This week's column.
Diversity, UW system and American casserole
First of all, I am not now, nor have I ever been, authorized to speak on behalf of the University of Wisconsin System. They don’t even like it when I ask questions at meetings. My comments reflect only my own views. Having said that:
Last week the UW Regents discussed the current plan for diversity in UW System. As he has in the past, Sen. Glenn Grothman protested what he called the university’s “obsession” with diversity and dared the Regents to answer a few questions. Sen. Grothman doesn’t like diversity, but his letter raises more questions than it asks.
Most of his questions are built around his first one, which asks “even if diversity is good for its own sake ... doesn’t this imply a climate promoting excessive focus on one’s ancestry as opposed to one’s individual accomplishments?”
First of all, nobody said diversity is good for its own sake. There are great reasons to want a big buffet of different cultures and students or faculty with different experiences on a university campus. Diversity for diversity’s sake is not one of them.
The senator forgets that America is already a diverse country – shoot, we invented diversity. Remember, E Pluribus Unum? Moreover, being diverse has never created a climate that promotes excessive focus on ancestry as opposed to individual accomplishment.
Good grief, my ancestry is Norwegian and German Lutherans: imagine if America forced me to focus on lutefisk and herring rather than on my individual accomplishments. Or, more frightening for you non-Norwegians out there, imagine if America forced the rest of you to eat lutefisk and herring. I love ‘em but, c’mon – I can’t reasonably expect anyone else to.
The American casserole (hot dish, paella, hot pot, jambalaya) – doesn't excessively focus on carrots, peas, or (if you’re a Norwegian Lutheran) the cream of mushroom soup. In fact, the main reason any university promotes diversity is that no education is complete until a student becomes familiar with other parts of the American – and now, global – casserole.
So why would the senator worry about the university giving students a taste of the whole world? I suspect his real worry is that some of the carrots are being admitted simply because they’re carrots – something a lawyer should know is explicitly prohibited by a number of Supreme Court decisions.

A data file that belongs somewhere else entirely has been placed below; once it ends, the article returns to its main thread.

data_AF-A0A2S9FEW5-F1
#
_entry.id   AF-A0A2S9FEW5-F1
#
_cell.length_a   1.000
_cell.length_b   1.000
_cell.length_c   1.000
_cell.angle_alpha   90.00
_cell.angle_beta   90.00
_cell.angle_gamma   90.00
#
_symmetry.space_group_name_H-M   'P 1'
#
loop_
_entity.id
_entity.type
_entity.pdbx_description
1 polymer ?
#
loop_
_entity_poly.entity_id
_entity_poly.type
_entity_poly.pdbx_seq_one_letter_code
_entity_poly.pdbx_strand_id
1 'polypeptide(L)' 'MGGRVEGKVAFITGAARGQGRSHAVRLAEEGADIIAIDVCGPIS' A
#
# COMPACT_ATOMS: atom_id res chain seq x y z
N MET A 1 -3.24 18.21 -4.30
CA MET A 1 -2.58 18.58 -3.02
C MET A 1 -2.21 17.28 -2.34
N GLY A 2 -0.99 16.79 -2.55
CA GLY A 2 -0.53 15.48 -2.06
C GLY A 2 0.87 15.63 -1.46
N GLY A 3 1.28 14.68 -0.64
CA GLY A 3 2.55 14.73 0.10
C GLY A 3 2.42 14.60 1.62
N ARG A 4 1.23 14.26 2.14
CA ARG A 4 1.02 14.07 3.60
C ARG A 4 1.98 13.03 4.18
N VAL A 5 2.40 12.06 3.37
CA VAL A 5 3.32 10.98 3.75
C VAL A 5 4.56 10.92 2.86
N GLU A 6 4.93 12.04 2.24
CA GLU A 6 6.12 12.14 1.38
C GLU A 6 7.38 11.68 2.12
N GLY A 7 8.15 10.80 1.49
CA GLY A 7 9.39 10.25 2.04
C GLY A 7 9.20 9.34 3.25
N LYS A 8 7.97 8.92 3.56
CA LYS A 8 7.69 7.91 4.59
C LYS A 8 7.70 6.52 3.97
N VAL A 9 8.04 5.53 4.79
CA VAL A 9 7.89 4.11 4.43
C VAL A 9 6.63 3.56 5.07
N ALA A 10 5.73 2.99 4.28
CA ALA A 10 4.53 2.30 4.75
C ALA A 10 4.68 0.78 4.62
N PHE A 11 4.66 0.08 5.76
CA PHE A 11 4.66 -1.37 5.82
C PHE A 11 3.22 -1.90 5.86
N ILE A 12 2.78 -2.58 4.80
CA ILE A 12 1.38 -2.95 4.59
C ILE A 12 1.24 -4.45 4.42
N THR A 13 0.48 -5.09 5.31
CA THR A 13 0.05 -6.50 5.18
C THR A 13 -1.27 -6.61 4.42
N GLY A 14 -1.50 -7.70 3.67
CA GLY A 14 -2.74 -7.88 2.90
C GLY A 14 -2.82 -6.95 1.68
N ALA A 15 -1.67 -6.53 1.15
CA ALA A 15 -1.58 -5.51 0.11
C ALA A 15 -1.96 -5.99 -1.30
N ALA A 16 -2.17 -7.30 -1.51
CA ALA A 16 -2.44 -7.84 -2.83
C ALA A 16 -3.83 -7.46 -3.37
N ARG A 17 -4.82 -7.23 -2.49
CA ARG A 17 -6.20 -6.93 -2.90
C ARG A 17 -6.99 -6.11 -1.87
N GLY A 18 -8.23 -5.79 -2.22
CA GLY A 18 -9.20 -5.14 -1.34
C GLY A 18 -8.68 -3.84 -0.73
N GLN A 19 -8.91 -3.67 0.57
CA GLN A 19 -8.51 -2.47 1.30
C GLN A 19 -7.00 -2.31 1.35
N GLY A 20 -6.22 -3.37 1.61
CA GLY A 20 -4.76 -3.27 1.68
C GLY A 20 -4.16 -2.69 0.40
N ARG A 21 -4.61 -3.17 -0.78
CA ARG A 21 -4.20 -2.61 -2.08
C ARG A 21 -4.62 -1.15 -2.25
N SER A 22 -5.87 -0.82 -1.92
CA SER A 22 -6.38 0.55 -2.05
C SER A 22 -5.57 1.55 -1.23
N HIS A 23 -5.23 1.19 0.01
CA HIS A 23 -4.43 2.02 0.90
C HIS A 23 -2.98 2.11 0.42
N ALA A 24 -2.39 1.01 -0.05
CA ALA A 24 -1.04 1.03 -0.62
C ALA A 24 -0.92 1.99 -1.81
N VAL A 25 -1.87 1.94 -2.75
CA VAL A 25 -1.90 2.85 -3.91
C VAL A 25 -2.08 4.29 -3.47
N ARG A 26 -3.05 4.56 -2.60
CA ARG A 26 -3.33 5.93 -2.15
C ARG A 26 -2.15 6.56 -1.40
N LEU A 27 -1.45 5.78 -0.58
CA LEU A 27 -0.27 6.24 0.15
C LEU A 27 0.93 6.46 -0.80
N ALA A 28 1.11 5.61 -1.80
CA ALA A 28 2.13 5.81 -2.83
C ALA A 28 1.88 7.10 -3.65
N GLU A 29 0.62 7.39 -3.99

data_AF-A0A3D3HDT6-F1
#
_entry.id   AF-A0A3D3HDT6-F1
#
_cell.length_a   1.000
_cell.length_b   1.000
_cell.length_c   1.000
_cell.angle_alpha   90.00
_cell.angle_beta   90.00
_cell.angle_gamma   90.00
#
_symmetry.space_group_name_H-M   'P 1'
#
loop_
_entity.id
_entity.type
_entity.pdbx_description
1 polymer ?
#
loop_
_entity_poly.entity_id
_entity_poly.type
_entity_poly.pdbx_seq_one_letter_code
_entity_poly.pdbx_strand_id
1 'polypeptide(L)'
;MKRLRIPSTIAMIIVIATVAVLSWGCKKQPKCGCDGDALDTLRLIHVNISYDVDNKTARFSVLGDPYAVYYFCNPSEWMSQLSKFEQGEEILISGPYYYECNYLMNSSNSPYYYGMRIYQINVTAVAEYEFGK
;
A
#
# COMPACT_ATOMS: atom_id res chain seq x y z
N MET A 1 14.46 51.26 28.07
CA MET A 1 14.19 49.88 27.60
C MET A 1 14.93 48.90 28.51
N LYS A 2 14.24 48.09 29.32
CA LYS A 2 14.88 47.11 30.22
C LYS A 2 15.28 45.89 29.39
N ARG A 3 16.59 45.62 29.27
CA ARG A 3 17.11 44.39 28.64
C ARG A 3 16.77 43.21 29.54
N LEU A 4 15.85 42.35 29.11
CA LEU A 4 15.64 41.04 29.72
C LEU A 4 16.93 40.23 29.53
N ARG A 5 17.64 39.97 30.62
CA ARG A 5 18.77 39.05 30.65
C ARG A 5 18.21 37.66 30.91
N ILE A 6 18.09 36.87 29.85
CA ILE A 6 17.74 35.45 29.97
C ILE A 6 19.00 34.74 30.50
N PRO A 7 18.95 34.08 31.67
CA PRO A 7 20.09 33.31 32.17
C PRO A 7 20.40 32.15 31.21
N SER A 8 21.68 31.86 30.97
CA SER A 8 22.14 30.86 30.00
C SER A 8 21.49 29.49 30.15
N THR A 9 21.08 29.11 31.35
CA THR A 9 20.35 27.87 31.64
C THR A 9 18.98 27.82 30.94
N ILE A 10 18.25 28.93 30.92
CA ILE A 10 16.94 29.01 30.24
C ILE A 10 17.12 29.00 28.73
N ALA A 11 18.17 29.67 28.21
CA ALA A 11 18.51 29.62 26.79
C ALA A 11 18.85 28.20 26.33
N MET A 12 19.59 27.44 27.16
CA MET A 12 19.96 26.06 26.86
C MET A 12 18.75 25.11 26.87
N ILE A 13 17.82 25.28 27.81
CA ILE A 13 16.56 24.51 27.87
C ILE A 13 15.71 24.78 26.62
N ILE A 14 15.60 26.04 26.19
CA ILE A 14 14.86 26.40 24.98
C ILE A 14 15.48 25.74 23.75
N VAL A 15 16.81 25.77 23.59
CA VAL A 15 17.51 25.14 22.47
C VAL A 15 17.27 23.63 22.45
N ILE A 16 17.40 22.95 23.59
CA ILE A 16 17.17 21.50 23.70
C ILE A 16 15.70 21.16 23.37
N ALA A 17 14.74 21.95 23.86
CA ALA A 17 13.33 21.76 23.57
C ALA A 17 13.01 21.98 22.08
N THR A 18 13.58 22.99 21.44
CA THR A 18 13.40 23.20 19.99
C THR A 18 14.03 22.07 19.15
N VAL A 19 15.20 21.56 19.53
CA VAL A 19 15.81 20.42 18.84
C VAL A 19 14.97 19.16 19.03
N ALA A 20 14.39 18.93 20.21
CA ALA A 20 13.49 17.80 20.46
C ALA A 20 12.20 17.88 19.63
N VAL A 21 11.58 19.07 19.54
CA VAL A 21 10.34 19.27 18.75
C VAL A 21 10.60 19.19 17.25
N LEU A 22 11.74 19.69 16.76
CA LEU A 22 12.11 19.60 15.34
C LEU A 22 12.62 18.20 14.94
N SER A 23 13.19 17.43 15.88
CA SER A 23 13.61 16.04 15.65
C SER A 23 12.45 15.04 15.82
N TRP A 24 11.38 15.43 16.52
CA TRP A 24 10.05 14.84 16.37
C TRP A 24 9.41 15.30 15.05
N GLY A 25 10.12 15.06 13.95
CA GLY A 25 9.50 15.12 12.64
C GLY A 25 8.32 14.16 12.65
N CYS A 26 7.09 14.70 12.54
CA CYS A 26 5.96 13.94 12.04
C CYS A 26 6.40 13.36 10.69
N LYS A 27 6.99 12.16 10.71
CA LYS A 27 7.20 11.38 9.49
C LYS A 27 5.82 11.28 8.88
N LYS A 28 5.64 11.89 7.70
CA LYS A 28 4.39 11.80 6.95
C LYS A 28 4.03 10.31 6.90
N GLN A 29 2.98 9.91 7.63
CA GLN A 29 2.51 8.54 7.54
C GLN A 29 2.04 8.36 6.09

OK, I'm being metaphorical. The Supreme Court decisions don’t mention carrots, but they do mention race.
The court has ruled specifically on how universities may use admissions procedures to insure an adequate amount of cultural and ethnic diversity, most famously in the Bakke case. Justice Powell’s opinion was crystal clear: preferring members of any one group for no reason other than race was itself racial discrimination. But there is a constitutionally approved justification universities can use to make sure the Pluribus gets to participate in the Unum. Justice Sandra Day O’Connor echoed it when she wrote the majority opinion in a case called Grutter v. Bollinger, the current model for constitutionally acceptable practice in university admissions.
She wrote: “Today we endorse Justice Powell's view that student body diversity is a compelling state interest that can justify the use of race in university admissions.”
A compelling state interest – so long as racial quotas are not used, so long as there is a common admission standard used to evaluate all students and so long as race or ethnicity is only considered one factor among many, there’s no problem. At least, not for the Supreme Court.
The UW System’s diversity plan, and the Regent’s resolution (No. 8970) that approved it, follow these requirements to the letter.
So why is Sen. Grothman writing letters asking the Regents whether the university is “obsessed” with diversity, hates white men or if diversity programs at the UW might keep “minority” kids becoming “normal?”
If he thought the plan violated somebody’s rights then, surely, as a UW-Madison trained lawyer, he would have cited case law and said so. But he didn’t. Or perhaps he objects to the Supreme Court ruling itself ? If so, is he suggesting the university should daringly ignore the Supreme Court? Would a politician, in office as long as Sen. Grothman, advise the state to violate a Supreme Court ruling? Hard to imagine.
It’s much easier to imagine he simply doesn’t like casseroles.
Frankly, it seems more likely that Glenn doesn't like carrots in his casseroles.